Rascal Flatts Discuss Making First Christmas Album 'The Greatest Gift of All'

Rascal Flatts
Sheryl Nields

Rascal Flatts

Though Rascal Flatts have been hitting the country charts on regular occasion since 2000’s “Prayin’ For Daylight” launched their career on the fast track, there's still new musical ground for the six-time CMA Vocal Group of the Year to plow. Part of that landscape includes the 2016 release of The Greatest Gift of All, the band’s first-ever Christmas album.

Lead guitarist Joe Don Rooney tells Billboard that they didn’t want to just hastily record ten songs of the season, put their name on it, and release it to the public. Rather, they wanted to do things a little differently.

“We decided this past year that we were going to do a classic-style Christmas album, and really put some time into it,” he says. “We had enough time off in the summer that it worked out perfect. We were between country projects. We hired a guy named Tim Akers, who used to play keys for us on the road, who is with Vince Gill now. He’s a phenomenal conductor and arranger, but also an unbelievable musician. We sent him the songs that we wanted to do and told him he could arrange them any way he wanted to. There were no rules. We were taking a no-holds-barred kind of approach. He sent us back little work tapes, of just him on the piano and some charts. Jay [DeMarcus, the band's bassist] and I started listening to them, and we thought it was incredible. It was exactly what we wanted to do.”

Rooney admitted that putting a new wrinkle on beloved classics such as “Go Tell It On The Mountain” and “The First Noel” took a definite game plan. “The arrangements were tough – getting in and recording them with the musicians and doing the songs and actual track beats were pretty aggressive. It was big boy stuff. We had a blast working on this record. We took the vocal tracks to Jay’s house, and did all of the overdubs, singing, and guitar parts there. It was a nice and relaxed atmosphere. We didn’t have any real time constraints. We had all summer to do it. The only weird thing was we recorded songs like ‘Let It Snow’ in hundred-degree temperatures. I’m really proud of the project. I can’t believe it’s taken us sixteen years to do a Christmas album, but I can tell you our moms are sure happy,” he says with a laugh.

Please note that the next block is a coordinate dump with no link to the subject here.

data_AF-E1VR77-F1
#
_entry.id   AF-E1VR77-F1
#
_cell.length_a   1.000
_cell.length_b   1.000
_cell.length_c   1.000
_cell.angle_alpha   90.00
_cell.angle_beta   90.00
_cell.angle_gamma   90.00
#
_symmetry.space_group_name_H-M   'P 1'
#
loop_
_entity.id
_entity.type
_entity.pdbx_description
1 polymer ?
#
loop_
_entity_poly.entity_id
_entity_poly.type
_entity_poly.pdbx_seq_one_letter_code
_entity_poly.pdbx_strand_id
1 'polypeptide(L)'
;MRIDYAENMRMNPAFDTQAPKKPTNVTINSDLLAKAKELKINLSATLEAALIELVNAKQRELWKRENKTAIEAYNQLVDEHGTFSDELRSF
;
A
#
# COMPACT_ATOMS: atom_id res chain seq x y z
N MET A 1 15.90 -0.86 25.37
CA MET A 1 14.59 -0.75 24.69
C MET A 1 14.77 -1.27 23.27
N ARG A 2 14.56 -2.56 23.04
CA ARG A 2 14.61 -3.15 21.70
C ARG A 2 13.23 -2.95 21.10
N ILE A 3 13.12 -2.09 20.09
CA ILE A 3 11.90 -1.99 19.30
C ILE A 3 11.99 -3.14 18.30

The Greatest Gift of All benefits from the production work of DeMarcus, who Rooney says he earns all the credit he received for the album – and then some. “There’s no doubt about it. Jay is a genius. He was a prodigy, and went to a School of the Arts when he was old enough. Piano has been his first instrument forever, but he can play anything from drums to guitars.”

Rooney feels that the band is in good hands with DeMarcus, who also produced the bulk of the new Ronnie Dunn album, Tattooed Heart. “He has his thumb on the pulse of everything that is happening in mainstream country music. I think his heart is kind of wrapped up in this kind of production, when it comes to cutting big orchestral Christmas music. I think that’s where he really shines. He’s really good at leading a band or a choir. He brings all of that to the table, and is kind of an ace in the hole in a lot of ways. We’re so lucky to have him. We let him guide our set list during the shows, and he knows what breaks we need during the show. When we start rehearsing for a tour, he comes in with so many ideas. He lays them on us and we just listen. He molds the show into what his vision is, and through sixteen years, it’s worked pretty well. We’re blessed to have a guy like Jay in the band who likes doing it. He doesn't get stressed out by it, and he loves the challenge.”

Christmas has changed over the years for Rooney since his days growing up in Oklahoma. Now a husband (to model Tiffany Fallon) and a father of three, he relishes the chance to mark the holidays with their own traditions.

“Every Christmas Eve, my wife will have us all get a pair of matching pajamas. They are getting a little tighter on me as I’m getting older," he laughs. "But, it’s great to have our traditions now. I used to have traditions with my family, and now we have our own. It’s really neat. We have three kids now, and I tell Tiff all the time ‘I don’t know if we’re raising these babies, or if they are raising us.’ I feel like I learn more from them than I could ever teach them everyday.”

The Rascal Flatts guys are hard at work on a new country record in the near future, and can’t wait to hit the road in 2017 to promote it. Having earned a reputation for being one of the most encouraging headliners to their opening acts, Rooney says that they are only trying to pay it forward.

“We learned from the best. We were on tour with Jo Dee Messina back in 2001, then Toby Keith took us on our first really big tour in 2002. Then, we went out with Brooks & Dunn, Kenny Chesney, and in 2005, we started headlining. Kenny told us that ‘Your job is to get out there in front of all these people, and make them love you. I want you to steal my fans.’ It was good camaraderie, obviously, but we tell our opening acts – Chris Lane and Kelsea Ballerini this year – these people are packing in early to see you. Go out there, and take advantage of that. Have fun, and in a year or two, you’ll be doing your headlining shows. That’s the way it works. We’ve got to learn from so many of our heroes, and to be able to pass that along to the next generation of incredible country music artists is a joy and a privilege to get to do that.”


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